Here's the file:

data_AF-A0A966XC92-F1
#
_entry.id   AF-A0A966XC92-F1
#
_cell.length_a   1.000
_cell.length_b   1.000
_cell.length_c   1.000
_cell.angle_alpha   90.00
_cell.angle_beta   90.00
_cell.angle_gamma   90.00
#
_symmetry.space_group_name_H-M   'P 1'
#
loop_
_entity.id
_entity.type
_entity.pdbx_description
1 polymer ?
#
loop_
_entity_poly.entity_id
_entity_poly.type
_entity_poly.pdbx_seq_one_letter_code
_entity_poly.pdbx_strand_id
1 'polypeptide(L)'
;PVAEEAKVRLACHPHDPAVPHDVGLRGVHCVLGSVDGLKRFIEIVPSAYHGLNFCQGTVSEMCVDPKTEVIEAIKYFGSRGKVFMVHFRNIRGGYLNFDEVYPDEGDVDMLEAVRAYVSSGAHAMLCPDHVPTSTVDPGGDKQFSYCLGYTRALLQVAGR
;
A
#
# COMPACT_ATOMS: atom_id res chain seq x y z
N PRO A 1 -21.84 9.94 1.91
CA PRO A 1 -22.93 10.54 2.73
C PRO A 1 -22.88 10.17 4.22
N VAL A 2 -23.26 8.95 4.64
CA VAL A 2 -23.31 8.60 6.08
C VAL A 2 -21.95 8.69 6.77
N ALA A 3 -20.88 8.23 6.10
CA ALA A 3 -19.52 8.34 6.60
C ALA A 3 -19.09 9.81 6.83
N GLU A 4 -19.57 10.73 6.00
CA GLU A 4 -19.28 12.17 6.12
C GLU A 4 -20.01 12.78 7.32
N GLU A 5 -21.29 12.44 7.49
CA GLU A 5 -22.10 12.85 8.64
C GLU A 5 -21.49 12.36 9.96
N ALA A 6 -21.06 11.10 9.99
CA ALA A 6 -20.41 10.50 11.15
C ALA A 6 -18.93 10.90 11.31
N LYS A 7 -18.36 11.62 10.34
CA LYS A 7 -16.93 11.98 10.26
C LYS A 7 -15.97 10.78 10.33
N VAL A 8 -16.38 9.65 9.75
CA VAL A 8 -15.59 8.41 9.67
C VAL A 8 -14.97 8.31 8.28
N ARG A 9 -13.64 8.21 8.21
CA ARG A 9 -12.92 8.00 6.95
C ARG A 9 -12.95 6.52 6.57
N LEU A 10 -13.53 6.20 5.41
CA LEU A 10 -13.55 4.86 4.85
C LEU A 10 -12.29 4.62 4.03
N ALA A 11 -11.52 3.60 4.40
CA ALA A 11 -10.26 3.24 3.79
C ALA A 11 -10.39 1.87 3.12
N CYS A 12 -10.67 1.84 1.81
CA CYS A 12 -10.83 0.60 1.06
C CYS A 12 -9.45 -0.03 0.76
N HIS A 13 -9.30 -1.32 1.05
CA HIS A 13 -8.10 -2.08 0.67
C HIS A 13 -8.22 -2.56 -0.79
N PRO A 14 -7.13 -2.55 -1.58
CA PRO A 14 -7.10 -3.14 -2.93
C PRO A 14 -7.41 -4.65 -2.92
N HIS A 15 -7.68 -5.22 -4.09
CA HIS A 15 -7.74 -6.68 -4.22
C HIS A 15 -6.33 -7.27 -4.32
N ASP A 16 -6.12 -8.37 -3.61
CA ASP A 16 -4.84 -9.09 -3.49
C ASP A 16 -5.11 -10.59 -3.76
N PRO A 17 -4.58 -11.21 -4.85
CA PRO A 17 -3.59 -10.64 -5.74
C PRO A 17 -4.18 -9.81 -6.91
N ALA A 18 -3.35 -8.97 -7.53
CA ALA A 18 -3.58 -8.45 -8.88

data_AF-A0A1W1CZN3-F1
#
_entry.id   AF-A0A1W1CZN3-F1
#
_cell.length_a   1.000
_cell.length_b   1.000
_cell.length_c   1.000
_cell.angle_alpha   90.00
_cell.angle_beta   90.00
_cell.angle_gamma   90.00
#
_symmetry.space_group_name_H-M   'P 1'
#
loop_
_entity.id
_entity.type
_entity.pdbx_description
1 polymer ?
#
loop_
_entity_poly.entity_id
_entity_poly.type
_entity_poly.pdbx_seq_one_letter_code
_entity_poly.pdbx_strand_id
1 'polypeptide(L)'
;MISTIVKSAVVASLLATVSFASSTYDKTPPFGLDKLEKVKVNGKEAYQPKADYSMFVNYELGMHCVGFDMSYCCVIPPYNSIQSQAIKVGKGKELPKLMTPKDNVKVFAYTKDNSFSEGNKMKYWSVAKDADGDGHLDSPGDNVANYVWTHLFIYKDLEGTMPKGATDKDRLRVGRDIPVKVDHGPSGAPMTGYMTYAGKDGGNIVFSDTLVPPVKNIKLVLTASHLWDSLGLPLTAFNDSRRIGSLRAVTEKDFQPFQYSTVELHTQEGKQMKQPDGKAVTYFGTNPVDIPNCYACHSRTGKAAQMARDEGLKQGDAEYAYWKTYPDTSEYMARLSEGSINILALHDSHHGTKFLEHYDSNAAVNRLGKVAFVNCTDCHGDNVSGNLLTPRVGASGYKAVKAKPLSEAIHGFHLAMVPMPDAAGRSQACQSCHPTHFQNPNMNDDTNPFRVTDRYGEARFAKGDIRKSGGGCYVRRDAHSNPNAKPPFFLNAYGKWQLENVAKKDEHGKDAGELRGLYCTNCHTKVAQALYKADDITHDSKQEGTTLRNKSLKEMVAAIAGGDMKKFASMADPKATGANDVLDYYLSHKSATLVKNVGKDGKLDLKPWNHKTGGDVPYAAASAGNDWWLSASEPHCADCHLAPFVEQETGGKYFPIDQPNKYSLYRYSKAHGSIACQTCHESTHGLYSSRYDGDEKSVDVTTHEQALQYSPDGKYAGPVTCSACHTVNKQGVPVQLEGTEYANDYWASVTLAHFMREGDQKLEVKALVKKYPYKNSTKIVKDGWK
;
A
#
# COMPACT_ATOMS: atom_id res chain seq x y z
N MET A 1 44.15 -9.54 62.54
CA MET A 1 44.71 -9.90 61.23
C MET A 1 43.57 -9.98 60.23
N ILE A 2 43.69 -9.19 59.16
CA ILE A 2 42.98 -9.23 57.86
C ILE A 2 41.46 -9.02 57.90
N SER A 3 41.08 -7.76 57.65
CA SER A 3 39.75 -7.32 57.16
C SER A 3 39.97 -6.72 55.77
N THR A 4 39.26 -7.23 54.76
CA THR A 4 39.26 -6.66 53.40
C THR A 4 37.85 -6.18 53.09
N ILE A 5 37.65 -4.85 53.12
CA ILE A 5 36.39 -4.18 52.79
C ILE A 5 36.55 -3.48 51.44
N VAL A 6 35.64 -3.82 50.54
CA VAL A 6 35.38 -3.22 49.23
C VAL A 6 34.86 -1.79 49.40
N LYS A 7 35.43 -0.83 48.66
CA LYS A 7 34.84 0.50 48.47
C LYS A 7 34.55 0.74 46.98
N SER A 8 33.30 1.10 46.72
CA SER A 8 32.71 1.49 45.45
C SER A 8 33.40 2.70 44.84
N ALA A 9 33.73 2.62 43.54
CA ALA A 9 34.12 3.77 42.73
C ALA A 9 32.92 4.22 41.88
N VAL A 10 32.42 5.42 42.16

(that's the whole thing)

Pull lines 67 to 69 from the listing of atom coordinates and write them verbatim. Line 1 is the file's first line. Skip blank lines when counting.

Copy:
N HIS A 13 -9.30 -1.32 1.05
CA HIS A 13 -8.10 -2.08 0.67
C HIS A 13 -8.22 -2.56 -0.79